Thursday, June 20, 2024

1619 Project; Did you read the book?

February 2, 2021 by  
Filed under Education, News, Opinion, Weekly Columns

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( Watching news or reading news articles online is a daily habit we all have. Whether it be ok regular television or highlights of newscasts on YouTube, we are constantly inundating ourselves with current events about our backyard and across the globe. There’s always a story that catches our eyes and makes us slap our forehead. Recently, I read an article about Mississippi State Senator Angela Burkes Hill proposing a bill called Saving American History in Mississippi School Act that seeks to stop teachers from using the 1619 Project as a history curriculum. If you have not heard about the 1619 Project, it is a Pulitzer Prize winning essay project by New York Times author, Nikole Hannah-Jones that explores how America’s history did not start in 1776 but in 1619 when the first enslaved Africans were brought to the shore of this continent. The essay sought to reframe the history of American by being brutally honest about where her wealth and ideology came from. It caused quite a stir in 2019 when it was published to recognize the 400th year of those ancestors who made the journey over.

1619 Project

With her bill, Sen. Burkes Hill looks to make those who teach the curriculum that was developed from the 1619 Project pay a hefty price. She proposes that school districts who teach the curriculum should see a 25% decrease in their state funding. According to an article published by WLBT (Jackson, MS), the senator feels that the program is racially divisive and gives “a revisionist [version] of history that threatens the integrity of the Union by denying the true principles on which it was founded.” This bill challenges a firmly held belief by non persons of color that persons of color are attacking history and their way of life. The pervasive notion that this program gives a revisionist version of the past is highly false and contagious. It astounds how certain law makers say “liberals” are trying to change us when this has always been the name of the game.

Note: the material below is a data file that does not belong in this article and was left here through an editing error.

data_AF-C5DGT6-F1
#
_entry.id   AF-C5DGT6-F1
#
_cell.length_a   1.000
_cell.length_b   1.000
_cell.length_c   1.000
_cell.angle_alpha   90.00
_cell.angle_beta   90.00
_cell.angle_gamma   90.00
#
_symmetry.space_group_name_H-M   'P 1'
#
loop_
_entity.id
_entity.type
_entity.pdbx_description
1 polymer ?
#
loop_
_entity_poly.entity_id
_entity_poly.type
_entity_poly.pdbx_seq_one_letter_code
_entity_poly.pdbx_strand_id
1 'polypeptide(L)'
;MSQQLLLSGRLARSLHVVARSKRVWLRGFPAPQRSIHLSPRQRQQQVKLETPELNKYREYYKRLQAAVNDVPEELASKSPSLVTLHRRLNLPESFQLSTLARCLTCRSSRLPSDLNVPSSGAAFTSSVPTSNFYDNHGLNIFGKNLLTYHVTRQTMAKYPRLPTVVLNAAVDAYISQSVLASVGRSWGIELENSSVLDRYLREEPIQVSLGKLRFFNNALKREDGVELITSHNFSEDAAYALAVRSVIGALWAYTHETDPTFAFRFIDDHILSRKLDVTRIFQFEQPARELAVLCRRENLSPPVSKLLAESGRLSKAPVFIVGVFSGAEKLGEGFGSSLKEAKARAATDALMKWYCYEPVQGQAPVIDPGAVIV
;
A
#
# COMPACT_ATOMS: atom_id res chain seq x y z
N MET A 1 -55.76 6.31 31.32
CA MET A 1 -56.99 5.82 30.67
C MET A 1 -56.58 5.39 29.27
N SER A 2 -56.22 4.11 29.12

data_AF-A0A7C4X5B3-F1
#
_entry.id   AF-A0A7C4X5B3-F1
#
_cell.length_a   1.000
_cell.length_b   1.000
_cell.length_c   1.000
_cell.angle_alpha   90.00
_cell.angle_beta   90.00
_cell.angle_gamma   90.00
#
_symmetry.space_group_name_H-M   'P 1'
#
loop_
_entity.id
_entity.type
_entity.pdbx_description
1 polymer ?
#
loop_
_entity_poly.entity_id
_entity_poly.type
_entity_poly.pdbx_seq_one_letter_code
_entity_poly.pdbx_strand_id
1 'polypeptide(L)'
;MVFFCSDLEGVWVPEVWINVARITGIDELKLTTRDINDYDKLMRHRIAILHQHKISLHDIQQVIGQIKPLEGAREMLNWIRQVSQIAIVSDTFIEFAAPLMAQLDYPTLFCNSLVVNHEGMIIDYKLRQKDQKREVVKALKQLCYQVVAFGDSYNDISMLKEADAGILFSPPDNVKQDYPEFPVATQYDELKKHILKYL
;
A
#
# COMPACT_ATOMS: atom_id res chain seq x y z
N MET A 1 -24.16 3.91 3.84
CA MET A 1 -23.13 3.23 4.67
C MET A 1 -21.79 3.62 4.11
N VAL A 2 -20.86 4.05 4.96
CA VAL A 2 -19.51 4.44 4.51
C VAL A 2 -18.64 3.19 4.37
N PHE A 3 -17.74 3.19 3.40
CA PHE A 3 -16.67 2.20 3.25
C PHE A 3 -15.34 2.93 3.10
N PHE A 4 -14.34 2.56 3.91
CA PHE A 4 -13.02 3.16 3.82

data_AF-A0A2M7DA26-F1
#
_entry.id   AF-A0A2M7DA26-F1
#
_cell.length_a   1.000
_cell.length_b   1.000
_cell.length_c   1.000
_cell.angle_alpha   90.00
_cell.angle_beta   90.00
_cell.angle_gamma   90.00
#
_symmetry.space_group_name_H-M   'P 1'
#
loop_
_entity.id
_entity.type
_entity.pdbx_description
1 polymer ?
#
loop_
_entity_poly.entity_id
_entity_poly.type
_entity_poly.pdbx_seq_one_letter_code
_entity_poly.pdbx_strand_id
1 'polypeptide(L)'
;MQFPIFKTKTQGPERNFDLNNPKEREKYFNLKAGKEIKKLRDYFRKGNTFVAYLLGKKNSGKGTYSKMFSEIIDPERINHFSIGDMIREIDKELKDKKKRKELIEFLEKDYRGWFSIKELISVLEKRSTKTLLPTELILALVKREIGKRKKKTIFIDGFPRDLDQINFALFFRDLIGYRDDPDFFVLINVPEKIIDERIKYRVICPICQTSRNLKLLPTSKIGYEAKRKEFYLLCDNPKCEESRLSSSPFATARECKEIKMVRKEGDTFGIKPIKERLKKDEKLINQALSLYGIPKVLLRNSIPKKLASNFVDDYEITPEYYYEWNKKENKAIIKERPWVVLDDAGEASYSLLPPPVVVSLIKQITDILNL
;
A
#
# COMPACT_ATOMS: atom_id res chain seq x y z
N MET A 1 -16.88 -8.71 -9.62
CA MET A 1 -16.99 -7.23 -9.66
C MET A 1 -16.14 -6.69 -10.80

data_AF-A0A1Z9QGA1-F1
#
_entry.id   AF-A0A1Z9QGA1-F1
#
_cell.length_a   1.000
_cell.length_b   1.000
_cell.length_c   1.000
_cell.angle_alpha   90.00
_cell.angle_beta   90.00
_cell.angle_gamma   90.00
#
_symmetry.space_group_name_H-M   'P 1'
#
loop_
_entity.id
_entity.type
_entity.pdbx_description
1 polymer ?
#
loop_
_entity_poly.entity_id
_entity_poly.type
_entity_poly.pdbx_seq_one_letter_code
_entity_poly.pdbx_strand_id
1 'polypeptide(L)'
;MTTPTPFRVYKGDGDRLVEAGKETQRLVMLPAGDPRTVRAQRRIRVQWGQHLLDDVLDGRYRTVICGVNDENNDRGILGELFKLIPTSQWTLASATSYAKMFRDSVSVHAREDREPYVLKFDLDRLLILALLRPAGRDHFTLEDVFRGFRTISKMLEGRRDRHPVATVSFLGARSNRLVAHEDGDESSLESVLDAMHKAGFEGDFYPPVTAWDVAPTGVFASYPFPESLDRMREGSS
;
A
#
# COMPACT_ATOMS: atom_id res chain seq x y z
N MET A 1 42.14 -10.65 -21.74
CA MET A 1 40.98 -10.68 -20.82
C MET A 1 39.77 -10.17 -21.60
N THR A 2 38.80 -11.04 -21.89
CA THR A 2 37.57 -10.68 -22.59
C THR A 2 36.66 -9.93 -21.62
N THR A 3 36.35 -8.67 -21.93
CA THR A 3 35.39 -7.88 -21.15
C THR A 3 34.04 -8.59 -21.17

During the Reconstruction Era of the United States, it was the job of the Daughters of the Confederacy to lobby for history books to contort the truth about the Civil War. It is a commonly known fact that it was a strategic matter to call the brutal war, The Lost Cause. In South’s version of the Civil War, slaves were happy, peace and order abounded, and the war was really about states’ rights. In most Southern textbooks, slavery is mentioned in a small blurb and the Civil Rights Movement is reduced to a page that only talks about Martin Luther King, Jr. The Daughters of the Confederacy’s main goal was to educate their children and our children in the South’s “gallant” attempt to protect their ancestral heritage and way of life. However, we never discuss how children of color were and are made to believe someone else’s version of how their ancestors came to be in this country and the contribution they have given to build her up.

If this bill passes, it will signal an institutional pushback against a curriculum that would give a diverse voice and perspective to the American story that’s been told. The 1619 Project can be a tool to bridge understanding between people and their experiences. For schools to be penalized for working to expand the minds of their students and give credence to students who may feel invisible is a travesty. But this is America and usually what does not make sense is usually what happens.

Staff Writer; Jessieca Carr

One may connect with this sister online over at Instagramsusiecarmichael1920 and Twitternoladarling1920.

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